The problem with Happ’s softer pitches is that he doesn’t have great control of them. Frequently they’d end up as balls, balls too wild to swing at. Happ has tried to make those pitches better, but now he’s using them less, nibbling less, believing in his fastball and slider/cutter. Maybe it’s not easy to flip that switch in your brain, when you’re a lefty and your fastball isn’t overpowering, but Happ has to be gaining confidence. His main two pitches are doing enough.

3. More favorable opponents

I don’t mean for this to be controversial. I don’t mean to take anything away from what Happ has done. It’s just that this point can’t be ignored. Most simply, Happ has gone from the American to the National League, and the NL is believed to be a little worse. But that isn’t a very strong point. This can be made a lot stronger.

To begin, Happ faced lefties 23% of the time when he was a Mariner. Since joining the Pirates, he’s faced lefties 33% of the time, which is an awful large uptick. That’s one more lefty for every 10 batters. Happ, like everyone, will take a more common platoon advantage.

And that partially explains the following. I looked at every single batter Happ has faced on the season. The batters Happ faced as a Mariner have averaged a .322 wOBA against lefties this year. The batters Happ has faced as a Pirate have averaged a .303 wOBA against lefties this year. That’s a pretty dramatic split.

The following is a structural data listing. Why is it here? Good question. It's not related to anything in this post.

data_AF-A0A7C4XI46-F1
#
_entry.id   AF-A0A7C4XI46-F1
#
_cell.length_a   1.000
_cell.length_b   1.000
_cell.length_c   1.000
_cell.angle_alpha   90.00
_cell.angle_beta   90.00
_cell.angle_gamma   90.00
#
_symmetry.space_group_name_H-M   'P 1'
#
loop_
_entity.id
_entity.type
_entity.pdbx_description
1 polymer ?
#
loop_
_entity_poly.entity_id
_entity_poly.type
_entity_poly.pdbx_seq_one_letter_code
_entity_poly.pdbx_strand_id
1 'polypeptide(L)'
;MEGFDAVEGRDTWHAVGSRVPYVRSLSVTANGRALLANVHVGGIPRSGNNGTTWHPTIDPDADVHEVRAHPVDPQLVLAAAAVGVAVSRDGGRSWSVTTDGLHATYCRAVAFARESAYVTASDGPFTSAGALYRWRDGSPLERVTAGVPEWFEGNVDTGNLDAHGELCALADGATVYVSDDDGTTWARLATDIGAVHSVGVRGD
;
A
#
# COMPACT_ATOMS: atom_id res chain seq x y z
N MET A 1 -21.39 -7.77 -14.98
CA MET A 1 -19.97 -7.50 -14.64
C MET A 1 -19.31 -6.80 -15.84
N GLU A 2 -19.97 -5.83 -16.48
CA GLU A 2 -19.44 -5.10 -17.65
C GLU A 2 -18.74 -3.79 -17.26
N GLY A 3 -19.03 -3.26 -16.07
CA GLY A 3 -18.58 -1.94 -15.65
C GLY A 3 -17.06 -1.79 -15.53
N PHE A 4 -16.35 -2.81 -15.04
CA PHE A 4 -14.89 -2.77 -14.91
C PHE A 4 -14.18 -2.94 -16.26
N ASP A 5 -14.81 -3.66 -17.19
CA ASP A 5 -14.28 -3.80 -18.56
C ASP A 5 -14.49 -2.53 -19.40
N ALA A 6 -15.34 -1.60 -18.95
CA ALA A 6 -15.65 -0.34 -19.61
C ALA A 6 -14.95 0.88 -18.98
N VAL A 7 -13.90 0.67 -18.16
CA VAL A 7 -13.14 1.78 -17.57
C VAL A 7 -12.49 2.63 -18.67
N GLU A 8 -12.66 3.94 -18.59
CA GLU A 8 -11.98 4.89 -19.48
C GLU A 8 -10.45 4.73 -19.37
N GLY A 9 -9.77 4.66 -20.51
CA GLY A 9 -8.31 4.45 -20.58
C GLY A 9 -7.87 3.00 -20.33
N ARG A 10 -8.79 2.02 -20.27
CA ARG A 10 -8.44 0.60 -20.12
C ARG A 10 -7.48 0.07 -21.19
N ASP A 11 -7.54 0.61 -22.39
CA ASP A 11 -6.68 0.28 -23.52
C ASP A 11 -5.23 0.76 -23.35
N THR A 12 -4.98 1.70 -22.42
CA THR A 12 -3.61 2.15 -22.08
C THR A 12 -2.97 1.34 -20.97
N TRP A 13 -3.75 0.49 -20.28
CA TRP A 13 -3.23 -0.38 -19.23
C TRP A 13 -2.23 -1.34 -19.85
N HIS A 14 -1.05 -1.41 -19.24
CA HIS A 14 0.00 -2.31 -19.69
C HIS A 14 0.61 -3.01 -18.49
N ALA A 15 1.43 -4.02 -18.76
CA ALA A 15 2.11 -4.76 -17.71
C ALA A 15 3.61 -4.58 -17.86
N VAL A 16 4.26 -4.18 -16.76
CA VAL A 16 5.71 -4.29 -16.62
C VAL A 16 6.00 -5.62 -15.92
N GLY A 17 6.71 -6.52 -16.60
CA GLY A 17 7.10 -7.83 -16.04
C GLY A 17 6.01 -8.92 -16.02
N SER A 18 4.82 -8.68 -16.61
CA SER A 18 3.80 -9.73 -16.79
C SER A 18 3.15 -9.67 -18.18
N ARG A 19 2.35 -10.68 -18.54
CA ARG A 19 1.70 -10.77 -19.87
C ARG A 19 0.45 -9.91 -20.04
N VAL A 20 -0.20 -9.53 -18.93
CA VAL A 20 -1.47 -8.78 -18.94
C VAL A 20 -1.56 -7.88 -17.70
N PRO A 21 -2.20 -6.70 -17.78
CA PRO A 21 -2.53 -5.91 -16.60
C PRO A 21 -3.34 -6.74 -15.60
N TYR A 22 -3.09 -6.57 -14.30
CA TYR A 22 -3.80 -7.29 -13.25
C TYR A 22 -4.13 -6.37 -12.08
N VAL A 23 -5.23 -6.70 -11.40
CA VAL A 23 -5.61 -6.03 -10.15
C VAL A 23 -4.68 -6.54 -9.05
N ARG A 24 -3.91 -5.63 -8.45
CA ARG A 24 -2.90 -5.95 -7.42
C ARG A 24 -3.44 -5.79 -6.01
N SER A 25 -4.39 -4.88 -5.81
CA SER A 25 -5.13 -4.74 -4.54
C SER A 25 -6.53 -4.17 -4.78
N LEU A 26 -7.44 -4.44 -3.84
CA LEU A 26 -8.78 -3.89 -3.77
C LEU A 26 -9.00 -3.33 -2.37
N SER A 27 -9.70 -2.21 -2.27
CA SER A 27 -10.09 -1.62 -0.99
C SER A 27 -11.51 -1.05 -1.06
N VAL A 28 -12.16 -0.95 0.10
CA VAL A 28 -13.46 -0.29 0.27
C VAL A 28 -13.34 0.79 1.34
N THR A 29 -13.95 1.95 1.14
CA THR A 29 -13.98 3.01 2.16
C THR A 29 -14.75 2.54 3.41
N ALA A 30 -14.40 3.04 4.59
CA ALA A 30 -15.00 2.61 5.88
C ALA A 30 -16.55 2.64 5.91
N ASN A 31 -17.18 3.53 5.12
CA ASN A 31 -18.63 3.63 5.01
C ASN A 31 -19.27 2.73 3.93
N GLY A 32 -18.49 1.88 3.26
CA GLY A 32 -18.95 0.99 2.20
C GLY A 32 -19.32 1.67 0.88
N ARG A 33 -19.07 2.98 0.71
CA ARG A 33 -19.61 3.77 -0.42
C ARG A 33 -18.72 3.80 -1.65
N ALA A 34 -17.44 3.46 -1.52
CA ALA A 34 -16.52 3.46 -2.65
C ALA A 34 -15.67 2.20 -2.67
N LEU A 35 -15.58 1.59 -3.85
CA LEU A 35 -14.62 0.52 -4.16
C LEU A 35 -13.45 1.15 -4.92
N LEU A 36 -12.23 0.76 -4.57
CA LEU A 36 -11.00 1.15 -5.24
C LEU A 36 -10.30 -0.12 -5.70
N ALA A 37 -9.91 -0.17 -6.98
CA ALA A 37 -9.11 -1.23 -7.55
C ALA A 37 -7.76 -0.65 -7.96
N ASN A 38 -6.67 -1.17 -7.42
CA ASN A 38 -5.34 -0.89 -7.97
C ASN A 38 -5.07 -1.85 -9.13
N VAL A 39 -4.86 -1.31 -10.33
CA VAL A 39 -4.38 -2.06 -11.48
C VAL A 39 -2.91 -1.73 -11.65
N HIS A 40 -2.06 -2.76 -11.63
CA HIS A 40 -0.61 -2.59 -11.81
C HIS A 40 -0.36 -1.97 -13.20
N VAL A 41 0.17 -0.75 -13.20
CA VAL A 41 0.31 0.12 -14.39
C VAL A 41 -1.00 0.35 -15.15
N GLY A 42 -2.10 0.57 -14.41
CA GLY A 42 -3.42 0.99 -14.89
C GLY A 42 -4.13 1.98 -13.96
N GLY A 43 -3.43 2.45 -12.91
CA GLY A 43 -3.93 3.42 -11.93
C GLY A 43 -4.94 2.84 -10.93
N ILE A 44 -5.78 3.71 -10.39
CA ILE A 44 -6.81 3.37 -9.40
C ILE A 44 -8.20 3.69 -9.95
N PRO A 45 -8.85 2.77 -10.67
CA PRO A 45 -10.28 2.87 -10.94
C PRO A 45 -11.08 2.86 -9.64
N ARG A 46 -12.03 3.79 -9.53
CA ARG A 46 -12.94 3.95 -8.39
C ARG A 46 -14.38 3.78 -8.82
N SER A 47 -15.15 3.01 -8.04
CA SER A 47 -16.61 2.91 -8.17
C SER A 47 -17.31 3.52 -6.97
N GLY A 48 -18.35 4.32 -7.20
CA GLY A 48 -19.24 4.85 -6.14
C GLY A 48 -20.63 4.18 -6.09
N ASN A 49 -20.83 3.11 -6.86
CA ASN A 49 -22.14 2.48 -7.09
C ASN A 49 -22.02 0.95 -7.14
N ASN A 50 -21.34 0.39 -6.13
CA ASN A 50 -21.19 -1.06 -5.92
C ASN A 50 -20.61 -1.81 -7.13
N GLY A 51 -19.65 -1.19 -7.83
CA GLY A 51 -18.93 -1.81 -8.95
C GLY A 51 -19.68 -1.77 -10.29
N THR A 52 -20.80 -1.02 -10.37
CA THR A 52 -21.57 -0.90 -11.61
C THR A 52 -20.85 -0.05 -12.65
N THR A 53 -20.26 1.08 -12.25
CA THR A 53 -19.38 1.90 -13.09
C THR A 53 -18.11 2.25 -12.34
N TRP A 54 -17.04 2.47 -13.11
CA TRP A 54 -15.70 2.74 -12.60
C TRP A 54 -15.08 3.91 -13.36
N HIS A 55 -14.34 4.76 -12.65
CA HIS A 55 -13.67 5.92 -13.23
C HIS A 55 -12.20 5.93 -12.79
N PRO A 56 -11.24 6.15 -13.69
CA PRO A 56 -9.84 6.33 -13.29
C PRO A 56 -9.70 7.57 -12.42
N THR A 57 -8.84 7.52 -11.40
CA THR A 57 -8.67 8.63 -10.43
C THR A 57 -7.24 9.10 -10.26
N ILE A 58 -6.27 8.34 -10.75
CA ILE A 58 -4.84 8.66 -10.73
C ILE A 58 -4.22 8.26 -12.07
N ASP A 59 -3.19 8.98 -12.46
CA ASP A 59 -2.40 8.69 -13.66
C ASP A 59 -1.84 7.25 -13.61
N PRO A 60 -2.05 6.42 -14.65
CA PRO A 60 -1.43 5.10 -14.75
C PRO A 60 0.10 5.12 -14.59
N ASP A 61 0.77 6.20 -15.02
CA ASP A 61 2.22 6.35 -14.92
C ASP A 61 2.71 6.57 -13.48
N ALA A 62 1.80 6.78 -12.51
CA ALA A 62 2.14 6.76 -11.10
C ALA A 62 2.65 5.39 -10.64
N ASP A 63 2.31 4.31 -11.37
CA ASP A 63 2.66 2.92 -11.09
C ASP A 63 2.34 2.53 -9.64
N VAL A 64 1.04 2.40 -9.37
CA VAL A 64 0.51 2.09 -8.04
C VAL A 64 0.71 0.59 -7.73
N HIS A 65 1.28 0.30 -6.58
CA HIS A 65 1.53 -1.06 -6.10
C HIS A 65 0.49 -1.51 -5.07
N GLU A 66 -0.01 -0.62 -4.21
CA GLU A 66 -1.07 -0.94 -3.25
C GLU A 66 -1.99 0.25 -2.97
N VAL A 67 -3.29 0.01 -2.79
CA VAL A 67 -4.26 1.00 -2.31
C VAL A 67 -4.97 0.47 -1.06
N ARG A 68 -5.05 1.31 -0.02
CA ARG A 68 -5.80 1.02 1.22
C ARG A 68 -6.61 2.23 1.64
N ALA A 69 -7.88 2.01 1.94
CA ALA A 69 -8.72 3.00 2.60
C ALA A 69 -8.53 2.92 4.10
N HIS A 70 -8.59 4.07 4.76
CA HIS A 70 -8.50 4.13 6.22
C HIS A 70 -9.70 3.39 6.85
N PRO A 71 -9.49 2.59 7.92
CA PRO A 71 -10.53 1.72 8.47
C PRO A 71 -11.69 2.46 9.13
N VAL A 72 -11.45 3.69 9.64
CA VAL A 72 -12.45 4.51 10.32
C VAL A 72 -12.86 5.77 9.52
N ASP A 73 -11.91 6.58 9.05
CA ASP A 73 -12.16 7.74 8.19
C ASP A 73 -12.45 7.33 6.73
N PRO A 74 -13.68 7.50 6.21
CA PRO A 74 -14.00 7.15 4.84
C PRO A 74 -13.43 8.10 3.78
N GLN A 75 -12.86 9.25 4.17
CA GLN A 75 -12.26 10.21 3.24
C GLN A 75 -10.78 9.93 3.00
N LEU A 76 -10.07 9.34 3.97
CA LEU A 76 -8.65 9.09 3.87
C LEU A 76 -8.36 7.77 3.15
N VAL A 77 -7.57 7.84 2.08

Maybe you don’t like one-year data. Good! You probably shouldn’t. The batters Happ faced as a Mariner have averaged a .329 wOBA against lefties over the past three years. The batters Happ has faced as a Pirate have averaged a .304 wOBA against lefties over the past three years. That split is even bigger. Happ, in short, has faced worse hitters. Significantly worse hitters. He’s faced more lefties, but he’s also just faced worse righties. It’s not at all like every opponent since joining the Pirates has been bad — Happ has had to deal with, say, Paul Goldschmidt — but there’s no getting around this point. When opponents are worse, performance is better. That’s always true, given enough time.

That should just about make the sense that needs to be made. And I didn’t even mention that Pirate Happ has 19 called strikeouts, after Mariner Happ racked up 21. Throw that in as a fourth and final point. J.A. Happ has pitched better since joining the Pirates. He’s been more aggressive, and if you believe some of the interviews, he feels balanced and rejuvenated. The Pirates have done well to turn him into a useful and even helpful asset. He’s not actually an ace, of course. He’s presumably benefited from a relatively soft slate of opponents. No one should start J.A. Happ over Gerrit Cole or Francisco Liriano on purpose, if Cole and Liriano are conscious and available. But, the trade deadline will surprise you. If I had to guess, I’d say it’s even surprised the Pirates.

We hoped you liked reading Let’s Try to Make Sense of J.A. Happ by Jeff Sullivan!

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Jeff made Lookout Landing a thing, but he does not still write there about the Mariners. He does write here, sometimes about the Mariners, but usually not.

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Pirates Hurdles
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Pirates Hurdles

Thanks for this Jeff! Pretty similar to Eno’s chat comment yesterday that he is throwing his good pitches more and his bad pitches less. Like you say, its hard to just say NL vs AL when there is 2 run difference in FIP.